Continued on August 29, 2013 in A brief history of silk: Part 2

Discover A Millennia of History at a Silk Road Oasis

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Lloyd Lofthouse is the award-winning author of My Splendid Concubine [3rd edition]. When you love a Chinese woman, you marry her family and culture too. This is the love story Sir Robert Hart did not want the world to discover.

His latest novel is the multiple-award winning Running with the Enemy.

Subscribe to “iLook China”!
Sign up for an E-mail Subscription at the top of this page, or click on the “Following” tab in the WordPress toolbar at the top of the screen.

About iLook China

China’s Holistic Historical Timeline


Silk – Part 1/2

September 6, 2010

I was reading an Associated Press piece by Mansur Mirovalev on Silk’s dark side about Uzbek children made to grow cocoons. If you are interested in that story, click the link.

Silkworms in a Chinese silk factory

However, that’s not what this post is about.  I will say this. I didn’t see much that was dark about what was taking place in Uzbekistan. About a century ago, American children once worked in the fields alongside their parents. I see nothing wrong with that. The Uzbek families not being paid is another matter.

Worker makes silk cloth from a silkworm.

I’ve often read about the Silk Road, but I was curious and wanted to know more about the history of silk so I did some virtual hunting.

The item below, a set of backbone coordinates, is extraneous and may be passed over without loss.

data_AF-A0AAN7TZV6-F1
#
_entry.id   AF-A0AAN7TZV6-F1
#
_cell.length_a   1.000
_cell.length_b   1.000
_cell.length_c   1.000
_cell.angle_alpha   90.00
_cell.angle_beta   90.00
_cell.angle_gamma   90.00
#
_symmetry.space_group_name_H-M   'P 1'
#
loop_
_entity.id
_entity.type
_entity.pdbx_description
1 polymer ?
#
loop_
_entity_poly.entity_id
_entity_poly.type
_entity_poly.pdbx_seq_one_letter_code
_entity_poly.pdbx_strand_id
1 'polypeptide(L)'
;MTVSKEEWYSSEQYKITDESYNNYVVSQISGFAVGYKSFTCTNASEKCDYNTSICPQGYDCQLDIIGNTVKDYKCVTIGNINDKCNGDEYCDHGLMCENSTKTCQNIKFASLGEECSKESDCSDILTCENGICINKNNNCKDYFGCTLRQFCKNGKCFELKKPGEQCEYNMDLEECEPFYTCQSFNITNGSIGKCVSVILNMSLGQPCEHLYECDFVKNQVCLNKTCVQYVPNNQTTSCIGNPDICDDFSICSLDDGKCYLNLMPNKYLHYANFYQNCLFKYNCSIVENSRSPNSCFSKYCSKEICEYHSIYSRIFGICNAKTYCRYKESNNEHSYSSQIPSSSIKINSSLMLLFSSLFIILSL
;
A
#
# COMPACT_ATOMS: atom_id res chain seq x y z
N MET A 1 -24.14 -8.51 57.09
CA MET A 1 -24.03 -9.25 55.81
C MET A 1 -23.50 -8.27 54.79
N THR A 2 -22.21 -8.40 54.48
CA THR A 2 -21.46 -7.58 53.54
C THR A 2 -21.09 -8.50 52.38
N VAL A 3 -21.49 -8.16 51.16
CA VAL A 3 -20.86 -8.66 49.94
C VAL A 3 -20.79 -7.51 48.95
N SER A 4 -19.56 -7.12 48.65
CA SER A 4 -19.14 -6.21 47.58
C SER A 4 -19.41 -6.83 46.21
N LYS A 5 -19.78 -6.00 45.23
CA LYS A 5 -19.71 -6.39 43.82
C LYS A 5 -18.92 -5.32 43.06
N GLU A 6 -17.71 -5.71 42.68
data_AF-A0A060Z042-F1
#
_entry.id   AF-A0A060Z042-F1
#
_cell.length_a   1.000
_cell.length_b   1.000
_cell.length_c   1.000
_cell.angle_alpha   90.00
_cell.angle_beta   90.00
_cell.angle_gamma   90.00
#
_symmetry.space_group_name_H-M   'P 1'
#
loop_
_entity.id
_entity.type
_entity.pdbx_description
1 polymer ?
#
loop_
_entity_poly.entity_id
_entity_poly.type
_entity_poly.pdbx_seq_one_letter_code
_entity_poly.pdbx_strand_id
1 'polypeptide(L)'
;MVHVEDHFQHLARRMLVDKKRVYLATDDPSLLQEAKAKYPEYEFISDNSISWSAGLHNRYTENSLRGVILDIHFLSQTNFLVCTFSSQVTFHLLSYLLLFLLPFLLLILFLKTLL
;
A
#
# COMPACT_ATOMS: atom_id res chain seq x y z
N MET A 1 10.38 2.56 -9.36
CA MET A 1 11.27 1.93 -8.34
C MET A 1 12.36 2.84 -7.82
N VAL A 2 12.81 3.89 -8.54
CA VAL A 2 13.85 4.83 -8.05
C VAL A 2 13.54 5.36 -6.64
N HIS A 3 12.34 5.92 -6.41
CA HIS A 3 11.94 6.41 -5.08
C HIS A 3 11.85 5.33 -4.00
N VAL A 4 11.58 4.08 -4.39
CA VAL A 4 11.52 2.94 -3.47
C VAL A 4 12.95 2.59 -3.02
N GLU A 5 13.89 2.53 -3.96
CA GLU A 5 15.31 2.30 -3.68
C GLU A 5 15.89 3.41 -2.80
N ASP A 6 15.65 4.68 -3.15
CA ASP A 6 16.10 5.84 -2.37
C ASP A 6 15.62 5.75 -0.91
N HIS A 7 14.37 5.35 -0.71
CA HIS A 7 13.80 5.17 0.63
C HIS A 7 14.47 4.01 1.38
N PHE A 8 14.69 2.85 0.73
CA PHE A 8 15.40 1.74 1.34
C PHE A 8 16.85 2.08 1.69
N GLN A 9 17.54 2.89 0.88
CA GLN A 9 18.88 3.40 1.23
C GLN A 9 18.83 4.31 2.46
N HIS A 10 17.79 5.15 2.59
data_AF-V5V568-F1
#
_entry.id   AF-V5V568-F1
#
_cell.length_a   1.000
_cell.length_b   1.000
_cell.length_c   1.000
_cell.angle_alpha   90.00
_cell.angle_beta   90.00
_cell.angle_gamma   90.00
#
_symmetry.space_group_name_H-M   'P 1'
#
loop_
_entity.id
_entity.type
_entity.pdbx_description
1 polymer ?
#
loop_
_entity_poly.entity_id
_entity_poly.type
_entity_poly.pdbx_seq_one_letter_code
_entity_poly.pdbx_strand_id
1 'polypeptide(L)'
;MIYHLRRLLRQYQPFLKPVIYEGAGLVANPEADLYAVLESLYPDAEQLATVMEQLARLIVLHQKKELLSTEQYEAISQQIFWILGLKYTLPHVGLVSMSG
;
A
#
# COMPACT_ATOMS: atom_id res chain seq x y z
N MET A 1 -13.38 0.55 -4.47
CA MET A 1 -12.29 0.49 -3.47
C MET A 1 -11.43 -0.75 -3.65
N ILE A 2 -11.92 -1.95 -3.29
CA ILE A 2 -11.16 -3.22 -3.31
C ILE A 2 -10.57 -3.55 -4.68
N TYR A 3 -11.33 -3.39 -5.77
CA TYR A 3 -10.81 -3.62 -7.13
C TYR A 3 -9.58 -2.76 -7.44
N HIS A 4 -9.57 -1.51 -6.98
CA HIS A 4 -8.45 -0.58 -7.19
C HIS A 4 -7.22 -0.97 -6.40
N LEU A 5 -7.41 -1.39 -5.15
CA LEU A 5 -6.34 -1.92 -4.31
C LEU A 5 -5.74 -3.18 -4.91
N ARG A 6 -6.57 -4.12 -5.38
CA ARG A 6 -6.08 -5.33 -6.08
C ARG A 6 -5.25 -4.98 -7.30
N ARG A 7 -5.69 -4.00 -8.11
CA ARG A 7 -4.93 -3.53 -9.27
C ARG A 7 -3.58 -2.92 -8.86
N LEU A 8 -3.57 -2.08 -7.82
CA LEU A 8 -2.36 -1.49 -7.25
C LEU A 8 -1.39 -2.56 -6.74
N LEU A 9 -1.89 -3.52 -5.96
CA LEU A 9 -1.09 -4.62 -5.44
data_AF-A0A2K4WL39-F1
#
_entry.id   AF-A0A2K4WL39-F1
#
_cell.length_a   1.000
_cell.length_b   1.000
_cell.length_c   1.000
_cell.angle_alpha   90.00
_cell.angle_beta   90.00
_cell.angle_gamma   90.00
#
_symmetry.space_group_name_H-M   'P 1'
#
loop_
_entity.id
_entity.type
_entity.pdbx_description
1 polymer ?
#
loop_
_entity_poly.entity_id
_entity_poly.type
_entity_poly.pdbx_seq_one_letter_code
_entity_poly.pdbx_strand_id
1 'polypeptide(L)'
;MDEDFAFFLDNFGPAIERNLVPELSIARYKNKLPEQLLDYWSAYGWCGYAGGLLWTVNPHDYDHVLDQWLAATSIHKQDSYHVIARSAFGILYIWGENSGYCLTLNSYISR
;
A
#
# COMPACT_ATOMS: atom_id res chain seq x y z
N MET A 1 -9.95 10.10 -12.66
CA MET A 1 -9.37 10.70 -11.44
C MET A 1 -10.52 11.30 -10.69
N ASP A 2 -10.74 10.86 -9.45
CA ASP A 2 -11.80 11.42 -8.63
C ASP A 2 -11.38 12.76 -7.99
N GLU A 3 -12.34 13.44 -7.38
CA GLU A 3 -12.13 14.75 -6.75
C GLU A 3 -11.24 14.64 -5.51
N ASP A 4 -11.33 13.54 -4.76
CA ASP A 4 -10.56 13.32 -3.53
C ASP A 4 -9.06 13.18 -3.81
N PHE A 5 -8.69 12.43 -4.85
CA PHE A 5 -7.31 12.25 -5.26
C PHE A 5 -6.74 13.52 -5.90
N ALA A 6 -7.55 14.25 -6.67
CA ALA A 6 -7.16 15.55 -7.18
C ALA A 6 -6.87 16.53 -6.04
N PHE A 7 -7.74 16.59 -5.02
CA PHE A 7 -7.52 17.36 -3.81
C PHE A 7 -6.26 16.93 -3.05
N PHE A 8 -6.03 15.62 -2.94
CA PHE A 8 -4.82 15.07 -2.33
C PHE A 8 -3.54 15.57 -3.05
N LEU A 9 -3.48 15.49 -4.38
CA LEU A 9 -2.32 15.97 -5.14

Silk has a long history in China. In 1984, silk fabric dating back more than 5000 years was found in Henan Province.

How silk is made.

According to legend, Lei Zu, the queen of China’s legendary Yellow Emperor, was drinking a cup of tea beneath a mulberry tree one day when a silkworm cocoon fell into her cup. Further investigation revealed that the unraveling fibers were light and tough, ripe for spinning. Thus China’s silk industry was born.  Source: The History of Silk

What I didn’t know was that merchants from the Roman Empire sent ships by sea to China and traded directly with the Han Dynasty, which I’ll write about in Silk – Part 2.

See A Millennia of History at a Silk Road Oasis

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Lloyd Lofthouse is the award-winning author of the concubine saga, My Splendid Concubine & Our Hart. When you love a Chinese woman, you marry her family and culture too. 

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A High Price for Chinese Porcelain

July 30, 2010

Jingdezhen in Jiangxi province is a well-known Chinese porcelain city and has been an important production center in China since the early Han Dynasty (206 BC – 220 AD). Chinese porcelain originated in the Shang Dynasty (16th century BC). Source: China Paper Online

Frances Miller writes about collecting antique Canton china at Suite 101.com. He says, “Since the 18th century, blue and white porcelain china originating from the port of Canton has been filling cabinets in America… and was a staple on the dining tables of such prominent Americans as George Washington and Thomas Jefferson.”  

“The demand for Chinese products—tea, porcelain, silk, and nankeen (a coarse, strong cotton cloth)—continued after the Revolution. Having seen the British make great profits from the trade when the colonies were prevented from direct trade with China, Americans were eager to secure these profits for themselves.” Source: Early American Trade With China